Harbour Sixty Steakhouse
Everything is supersized here: the steaks, the crab legs, the chairs, the flower arrangements, even the pie. A location near major downtown venues, tourist attractions, hotels, transit hubs and Harbourfront makes impressing here convenient.
A very dim interior winds throughout the lower floor of the historic Toronto Harbour Commission Building, a glowing bar on one side and an open kitchen on the other.
Everything in here oozes glitz and old bistro charm.
Mediterranean octopus ($30) sees tentacles that go from tender and meaty to crispy and charred at the ends, plated atop finger-sized zesty chorizo sausages and a smear of sepia aioli, dolloped with an herby dark emerald salsa verde.
A bone-in rib steak sells for a whopping $95, though it could likely feed a whole family. Cooked with picture-perfect criss-cross grill marks, the meat is molten in texture.
Add Alaskan king crab legs, Atlantic lobster, Caribbean lobster tail, or jumbo tiger shrimp to any steak dish for market price.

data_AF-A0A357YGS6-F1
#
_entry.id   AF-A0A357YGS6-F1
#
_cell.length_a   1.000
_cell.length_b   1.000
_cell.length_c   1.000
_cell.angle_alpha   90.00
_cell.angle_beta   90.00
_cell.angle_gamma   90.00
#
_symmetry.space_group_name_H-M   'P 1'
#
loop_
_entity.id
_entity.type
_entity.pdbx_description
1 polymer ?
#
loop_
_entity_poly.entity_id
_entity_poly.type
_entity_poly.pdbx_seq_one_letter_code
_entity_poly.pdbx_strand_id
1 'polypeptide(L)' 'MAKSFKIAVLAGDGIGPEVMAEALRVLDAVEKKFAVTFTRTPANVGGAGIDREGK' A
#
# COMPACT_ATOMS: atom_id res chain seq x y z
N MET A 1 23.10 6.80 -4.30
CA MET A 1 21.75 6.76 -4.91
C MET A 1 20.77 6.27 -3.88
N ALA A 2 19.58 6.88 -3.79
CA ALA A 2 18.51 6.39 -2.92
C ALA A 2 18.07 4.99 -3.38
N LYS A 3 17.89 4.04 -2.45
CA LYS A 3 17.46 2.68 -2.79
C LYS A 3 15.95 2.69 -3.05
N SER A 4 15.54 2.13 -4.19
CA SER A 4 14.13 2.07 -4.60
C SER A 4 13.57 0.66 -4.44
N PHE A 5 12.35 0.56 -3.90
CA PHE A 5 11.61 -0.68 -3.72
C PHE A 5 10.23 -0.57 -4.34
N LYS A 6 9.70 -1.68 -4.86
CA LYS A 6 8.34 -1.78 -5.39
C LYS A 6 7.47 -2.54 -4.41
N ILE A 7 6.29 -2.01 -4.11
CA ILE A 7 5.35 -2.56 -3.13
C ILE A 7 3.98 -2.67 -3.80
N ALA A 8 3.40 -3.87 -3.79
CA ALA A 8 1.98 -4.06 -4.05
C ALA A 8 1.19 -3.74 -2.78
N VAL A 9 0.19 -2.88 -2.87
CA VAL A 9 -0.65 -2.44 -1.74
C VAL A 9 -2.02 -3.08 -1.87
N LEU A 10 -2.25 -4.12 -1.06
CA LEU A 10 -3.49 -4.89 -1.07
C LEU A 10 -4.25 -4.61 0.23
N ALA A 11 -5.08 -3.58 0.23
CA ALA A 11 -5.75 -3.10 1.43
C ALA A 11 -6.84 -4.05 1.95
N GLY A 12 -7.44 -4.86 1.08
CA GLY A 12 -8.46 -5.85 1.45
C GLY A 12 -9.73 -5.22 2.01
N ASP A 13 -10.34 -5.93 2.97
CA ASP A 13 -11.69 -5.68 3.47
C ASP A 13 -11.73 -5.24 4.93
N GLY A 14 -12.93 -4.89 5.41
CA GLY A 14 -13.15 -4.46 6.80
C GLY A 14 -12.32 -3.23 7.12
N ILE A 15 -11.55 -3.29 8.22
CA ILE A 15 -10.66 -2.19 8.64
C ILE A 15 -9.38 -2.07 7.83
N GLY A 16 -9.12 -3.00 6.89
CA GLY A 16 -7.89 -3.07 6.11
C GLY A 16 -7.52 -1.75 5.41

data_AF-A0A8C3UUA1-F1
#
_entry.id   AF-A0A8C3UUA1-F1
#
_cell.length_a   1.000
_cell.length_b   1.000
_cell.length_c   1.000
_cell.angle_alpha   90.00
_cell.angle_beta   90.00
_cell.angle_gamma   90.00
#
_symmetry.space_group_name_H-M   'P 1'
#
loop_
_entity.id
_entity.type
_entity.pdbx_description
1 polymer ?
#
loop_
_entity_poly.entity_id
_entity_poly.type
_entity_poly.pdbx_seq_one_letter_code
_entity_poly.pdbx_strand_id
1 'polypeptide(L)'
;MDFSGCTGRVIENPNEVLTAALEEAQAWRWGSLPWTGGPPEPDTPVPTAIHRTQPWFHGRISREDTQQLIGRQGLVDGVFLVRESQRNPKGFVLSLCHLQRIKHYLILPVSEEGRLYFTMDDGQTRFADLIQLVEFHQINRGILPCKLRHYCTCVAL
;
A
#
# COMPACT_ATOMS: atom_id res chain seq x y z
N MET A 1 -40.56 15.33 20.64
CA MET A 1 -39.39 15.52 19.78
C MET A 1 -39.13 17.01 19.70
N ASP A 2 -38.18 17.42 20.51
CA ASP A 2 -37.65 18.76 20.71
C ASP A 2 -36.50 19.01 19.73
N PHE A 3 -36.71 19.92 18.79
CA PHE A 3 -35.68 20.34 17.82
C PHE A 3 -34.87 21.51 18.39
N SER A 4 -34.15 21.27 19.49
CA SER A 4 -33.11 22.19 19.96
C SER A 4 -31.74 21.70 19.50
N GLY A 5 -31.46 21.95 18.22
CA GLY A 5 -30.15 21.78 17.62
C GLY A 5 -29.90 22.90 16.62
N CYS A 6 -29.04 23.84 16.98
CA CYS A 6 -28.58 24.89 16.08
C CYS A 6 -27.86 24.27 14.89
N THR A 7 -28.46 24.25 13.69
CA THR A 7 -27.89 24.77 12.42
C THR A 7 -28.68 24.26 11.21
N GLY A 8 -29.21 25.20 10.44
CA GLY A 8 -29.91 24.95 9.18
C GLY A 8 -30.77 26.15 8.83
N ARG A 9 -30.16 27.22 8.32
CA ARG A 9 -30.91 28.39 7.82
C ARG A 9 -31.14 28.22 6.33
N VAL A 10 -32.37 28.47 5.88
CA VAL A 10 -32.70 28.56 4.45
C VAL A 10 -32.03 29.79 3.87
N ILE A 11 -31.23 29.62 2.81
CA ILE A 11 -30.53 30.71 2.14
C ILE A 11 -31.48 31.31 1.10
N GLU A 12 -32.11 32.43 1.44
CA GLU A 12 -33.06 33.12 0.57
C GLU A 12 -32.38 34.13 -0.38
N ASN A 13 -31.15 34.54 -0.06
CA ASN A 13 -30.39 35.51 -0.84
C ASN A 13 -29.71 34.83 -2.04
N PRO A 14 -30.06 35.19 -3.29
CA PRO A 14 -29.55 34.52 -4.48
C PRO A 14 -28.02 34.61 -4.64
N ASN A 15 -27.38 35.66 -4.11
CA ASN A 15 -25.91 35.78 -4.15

Alaskan king crab legs are ginormous, the meat succulent and sweet, and are served cut in half. After all, you didn’t come here to break down crab legs, you came here to be pampered. They’re served with lemon in classy netting that I feel complements the pure shellfish taste more than a dijon aioli. Only hot seafood is served with butter.
Truffled parmigiano fries ($16) make for an appropriately baller side, the funky aroma of truffle and sharp parm wafting off the mountain of crispy potato.
Coconut cream pie ($18) is served by the slice as a towering wedge, layering sweet coconut with airy cream in a flaky, crispy crust, topped with shaved white chocolate and toasted coconut.
When I’m served a Manhattan after asking to sample one of the restaurant’s famous martinis, I learn the bourbon-based cocktail is actually a type of martini.
Made with vermouth and bitters and garnished with cherries, it’s boozy with a bittersweet edge.
The signature Harbour Sixty martini has a scotch rinse, but standard vodka martinis are a power move as well, garnished with un-pitted green olives. I’d have to say the Manhattan is more up my alley personally, bourbon more warming and flavourful in its potency than harsher, blander vodka.
There’s even a back exit beyond the washrooms (complete with cloth hand towels and heated toilets) that opens onto the parking lot for discreet escapes.